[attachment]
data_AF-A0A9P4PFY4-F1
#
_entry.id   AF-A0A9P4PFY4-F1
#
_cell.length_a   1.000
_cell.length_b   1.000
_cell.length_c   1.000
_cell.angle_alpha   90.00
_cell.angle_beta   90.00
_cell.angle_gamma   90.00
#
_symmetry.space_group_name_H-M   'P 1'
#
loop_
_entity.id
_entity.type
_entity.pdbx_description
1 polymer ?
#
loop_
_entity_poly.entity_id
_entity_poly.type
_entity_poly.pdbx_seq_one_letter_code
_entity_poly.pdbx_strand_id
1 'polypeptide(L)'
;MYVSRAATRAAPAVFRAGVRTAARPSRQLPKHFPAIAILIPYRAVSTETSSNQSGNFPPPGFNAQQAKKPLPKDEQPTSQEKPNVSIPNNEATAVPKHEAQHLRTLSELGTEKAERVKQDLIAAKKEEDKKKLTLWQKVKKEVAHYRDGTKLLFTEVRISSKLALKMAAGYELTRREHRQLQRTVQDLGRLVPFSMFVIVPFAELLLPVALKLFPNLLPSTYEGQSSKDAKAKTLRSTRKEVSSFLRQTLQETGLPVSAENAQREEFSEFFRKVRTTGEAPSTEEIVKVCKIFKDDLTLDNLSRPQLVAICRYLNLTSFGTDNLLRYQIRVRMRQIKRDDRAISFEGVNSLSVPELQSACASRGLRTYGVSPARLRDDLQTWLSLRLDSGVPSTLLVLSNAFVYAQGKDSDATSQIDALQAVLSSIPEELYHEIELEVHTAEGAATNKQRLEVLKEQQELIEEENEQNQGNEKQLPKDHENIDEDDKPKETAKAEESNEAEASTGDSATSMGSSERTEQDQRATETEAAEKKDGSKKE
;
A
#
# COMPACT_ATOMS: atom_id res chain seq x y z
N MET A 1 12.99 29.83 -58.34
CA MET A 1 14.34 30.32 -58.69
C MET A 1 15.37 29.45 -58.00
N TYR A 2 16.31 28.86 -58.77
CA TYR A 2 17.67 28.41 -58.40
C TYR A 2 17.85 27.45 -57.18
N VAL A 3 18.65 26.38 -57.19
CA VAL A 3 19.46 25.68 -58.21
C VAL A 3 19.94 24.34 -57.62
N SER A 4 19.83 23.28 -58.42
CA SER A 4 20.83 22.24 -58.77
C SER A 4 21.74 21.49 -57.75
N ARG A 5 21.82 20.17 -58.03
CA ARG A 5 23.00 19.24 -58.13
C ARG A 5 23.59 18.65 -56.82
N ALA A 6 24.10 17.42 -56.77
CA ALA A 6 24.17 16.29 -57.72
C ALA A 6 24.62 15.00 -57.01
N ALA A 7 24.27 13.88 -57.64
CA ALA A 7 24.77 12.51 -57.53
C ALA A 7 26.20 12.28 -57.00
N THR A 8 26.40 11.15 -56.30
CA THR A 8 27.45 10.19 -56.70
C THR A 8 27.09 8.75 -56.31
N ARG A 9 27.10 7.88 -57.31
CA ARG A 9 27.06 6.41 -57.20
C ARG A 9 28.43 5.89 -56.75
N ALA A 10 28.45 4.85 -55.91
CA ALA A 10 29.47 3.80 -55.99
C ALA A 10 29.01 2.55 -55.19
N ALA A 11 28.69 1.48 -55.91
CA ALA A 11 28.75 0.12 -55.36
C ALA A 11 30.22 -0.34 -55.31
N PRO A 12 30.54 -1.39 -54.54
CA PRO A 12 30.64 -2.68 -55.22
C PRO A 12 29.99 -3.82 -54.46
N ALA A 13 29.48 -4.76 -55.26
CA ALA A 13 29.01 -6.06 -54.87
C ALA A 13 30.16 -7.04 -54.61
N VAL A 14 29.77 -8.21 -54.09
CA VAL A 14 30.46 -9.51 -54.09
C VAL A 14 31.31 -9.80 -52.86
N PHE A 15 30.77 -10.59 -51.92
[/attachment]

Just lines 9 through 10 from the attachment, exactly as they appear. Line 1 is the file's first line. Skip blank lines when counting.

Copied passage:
_cell.angle_beta   90.00
_cell.angle_gamma   90.00